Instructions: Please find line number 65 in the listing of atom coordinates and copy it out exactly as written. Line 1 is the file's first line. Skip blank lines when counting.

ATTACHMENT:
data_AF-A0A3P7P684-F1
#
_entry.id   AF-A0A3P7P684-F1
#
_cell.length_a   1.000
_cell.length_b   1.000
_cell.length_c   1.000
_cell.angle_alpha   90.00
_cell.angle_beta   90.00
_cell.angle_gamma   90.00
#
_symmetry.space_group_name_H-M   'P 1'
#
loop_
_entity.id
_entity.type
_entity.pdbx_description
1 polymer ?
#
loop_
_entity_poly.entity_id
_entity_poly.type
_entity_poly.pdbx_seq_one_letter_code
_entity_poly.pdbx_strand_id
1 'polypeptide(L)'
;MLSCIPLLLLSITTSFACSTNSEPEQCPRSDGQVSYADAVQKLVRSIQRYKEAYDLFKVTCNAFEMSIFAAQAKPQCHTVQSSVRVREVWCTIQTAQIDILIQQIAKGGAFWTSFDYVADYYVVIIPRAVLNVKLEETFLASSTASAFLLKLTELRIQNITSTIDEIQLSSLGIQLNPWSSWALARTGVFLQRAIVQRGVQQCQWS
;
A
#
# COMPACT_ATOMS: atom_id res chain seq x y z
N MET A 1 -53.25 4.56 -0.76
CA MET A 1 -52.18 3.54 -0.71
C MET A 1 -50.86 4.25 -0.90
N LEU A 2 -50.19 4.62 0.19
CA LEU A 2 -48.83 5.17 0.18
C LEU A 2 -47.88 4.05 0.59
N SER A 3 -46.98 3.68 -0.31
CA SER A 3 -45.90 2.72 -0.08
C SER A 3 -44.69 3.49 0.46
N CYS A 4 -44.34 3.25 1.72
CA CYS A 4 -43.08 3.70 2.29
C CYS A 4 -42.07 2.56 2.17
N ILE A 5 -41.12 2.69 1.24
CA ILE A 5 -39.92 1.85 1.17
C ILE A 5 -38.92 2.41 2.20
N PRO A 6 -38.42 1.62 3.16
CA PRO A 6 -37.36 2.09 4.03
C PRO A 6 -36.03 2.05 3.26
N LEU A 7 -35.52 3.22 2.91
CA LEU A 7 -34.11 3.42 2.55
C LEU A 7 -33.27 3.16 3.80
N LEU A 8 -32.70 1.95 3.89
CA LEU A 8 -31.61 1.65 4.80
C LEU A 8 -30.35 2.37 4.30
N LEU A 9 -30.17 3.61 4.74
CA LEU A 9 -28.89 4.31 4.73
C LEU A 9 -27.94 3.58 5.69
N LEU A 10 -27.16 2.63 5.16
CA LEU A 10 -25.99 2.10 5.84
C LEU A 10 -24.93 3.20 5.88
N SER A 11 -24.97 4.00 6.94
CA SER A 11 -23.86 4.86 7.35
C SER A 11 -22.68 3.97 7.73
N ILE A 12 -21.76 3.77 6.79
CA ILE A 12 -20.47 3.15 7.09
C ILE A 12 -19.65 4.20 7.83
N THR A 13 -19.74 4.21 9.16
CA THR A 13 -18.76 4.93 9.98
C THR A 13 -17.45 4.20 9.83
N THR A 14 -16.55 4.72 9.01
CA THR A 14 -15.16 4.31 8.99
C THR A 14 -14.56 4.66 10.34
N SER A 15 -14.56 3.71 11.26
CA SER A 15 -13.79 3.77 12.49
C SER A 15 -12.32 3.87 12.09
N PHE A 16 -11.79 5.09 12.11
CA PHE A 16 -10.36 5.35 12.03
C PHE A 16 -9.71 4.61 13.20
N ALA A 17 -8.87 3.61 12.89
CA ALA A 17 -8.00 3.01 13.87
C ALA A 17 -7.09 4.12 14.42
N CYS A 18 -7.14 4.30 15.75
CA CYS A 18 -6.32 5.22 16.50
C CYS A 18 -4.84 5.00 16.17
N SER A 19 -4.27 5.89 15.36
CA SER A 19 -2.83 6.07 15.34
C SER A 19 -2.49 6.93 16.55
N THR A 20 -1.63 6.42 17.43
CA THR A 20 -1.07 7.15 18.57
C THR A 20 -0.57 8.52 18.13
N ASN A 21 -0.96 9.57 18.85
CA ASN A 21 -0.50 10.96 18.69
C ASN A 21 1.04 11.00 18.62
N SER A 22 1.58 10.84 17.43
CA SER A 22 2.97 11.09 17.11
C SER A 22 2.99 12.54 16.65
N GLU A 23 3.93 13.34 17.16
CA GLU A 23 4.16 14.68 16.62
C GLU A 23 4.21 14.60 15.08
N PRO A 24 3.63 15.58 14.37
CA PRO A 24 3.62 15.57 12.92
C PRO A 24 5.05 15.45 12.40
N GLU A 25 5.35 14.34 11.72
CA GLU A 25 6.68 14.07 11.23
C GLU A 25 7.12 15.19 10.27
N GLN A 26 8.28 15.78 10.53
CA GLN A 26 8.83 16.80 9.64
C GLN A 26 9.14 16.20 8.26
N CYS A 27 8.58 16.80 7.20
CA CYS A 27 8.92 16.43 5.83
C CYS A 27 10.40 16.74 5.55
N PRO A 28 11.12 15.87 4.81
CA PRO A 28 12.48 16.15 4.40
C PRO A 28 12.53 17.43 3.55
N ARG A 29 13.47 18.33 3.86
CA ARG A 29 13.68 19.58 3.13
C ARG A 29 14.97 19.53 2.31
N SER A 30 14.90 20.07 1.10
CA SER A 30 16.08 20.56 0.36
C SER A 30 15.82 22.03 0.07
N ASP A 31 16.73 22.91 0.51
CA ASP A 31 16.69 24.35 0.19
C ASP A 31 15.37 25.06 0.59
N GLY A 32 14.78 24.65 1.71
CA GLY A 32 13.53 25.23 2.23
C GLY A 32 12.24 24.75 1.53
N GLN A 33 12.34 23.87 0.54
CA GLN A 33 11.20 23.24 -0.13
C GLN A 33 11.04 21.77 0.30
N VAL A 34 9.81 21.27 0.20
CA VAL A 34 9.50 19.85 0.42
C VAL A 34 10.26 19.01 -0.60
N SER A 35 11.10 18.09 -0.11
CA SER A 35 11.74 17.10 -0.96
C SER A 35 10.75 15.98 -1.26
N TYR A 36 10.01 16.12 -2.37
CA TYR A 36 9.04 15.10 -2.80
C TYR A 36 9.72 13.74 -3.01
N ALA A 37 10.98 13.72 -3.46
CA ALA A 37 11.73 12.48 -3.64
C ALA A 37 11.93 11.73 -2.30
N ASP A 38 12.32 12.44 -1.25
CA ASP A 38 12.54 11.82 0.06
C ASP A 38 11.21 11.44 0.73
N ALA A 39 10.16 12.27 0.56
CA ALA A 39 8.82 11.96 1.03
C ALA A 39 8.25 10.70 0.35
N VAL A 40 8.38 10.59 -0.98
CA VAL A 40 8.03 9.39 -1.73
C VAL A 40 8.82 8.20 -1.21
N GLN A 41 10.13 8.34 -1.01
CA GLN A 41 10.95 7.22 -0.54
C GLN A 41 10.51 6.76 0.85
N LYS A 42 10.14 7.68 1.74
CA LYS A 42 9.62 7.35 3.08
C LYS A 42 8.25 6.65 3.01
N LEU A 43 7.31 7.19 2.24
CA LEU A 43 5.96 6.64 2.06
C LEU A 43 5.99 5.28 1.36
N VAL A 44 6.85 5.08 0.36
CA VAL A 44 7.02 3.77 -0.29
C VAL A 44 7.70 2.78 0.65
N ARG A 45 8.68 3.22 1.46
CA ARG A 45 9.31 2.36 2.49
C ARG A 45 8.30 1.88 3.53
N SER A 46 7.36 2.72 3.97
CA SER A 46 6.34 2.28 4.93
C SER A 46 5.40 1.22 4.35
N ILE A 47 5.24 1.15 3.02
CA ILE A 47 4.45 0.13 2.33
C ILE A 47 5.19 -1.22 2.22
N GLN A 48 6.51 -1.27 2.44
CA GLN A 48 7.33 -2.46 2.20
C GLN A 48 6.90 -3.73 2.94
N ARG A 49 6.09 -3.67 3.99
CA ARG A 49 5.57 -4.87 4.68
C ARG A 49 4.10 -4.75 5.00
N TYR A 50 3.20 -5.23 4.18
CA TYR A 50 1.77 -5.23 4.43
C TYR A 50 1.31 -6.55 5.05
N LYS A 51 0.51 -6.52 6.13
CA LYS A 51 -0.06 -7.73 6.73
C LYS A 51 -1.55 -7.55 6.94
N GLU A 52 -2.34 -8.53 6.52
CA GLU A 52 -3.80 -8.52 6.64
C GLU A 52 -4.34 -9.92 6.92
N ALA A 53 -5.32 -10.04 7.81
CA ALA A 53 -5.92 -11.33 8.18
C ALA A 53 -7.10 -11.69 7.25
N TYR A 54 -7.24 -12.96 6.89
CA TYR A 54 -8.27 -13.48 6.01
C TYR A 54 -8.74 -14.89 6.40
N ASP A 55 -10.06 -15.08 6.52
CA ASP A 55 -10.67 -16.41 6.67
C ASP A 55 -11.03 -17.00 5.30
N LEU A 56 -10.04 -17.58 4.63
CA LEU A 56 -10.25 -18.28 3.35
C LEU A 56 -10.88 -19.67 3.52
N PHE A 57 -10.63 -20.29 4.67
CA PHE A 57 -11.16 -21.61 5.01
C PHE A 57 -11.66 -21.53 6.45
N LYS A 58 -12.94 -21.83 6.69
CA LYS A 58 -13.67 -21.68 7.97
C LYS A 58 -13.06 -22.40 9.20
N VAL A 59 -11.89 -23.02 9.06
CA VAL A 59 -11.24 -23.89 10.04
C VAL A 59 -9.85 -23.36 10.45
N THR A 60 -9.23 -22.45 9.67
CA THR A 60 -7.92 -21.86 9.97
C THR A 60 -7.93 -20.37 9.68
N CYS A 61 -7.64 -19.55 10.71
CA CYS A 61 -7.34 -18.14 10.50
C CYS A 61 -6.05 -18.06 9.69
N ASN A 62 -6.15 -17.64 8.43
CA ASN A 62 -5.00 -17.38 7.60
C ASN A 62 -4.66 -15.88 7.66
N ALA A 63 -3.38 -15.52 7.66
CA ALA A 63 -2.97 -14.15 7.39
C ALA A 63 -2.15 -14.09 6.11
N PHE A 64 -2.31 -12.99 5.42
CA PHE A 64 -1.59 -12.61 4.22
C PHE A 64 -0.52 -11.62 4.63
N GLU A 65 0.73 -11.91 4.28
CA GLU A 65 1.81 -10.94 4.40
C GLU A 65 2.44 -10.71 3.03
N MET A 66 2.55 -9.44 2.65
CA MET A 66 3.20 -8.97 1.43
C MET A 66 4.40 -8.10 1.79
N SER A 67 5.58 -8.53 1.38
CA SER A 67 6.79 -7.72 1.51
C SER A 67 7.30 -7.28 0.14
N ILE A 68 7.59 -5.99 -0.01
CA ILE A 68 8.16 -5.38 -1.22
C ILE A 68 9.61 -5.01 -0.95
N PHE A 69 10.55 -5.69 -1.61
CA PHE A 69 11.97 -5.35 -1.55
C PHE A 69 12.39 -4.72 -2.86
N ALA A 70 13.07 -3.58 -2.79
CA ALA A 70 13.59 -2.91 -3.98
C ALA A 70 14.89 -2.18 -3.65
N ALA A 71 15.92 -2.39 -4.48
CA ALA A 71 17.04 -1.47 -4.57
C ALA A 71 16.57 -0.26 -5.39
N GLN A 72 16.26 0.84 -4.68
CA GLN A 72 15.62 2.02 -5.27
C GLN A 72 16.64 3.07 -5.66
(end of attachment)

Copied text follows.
CA ILE A 12 -20.47 3.15 7.09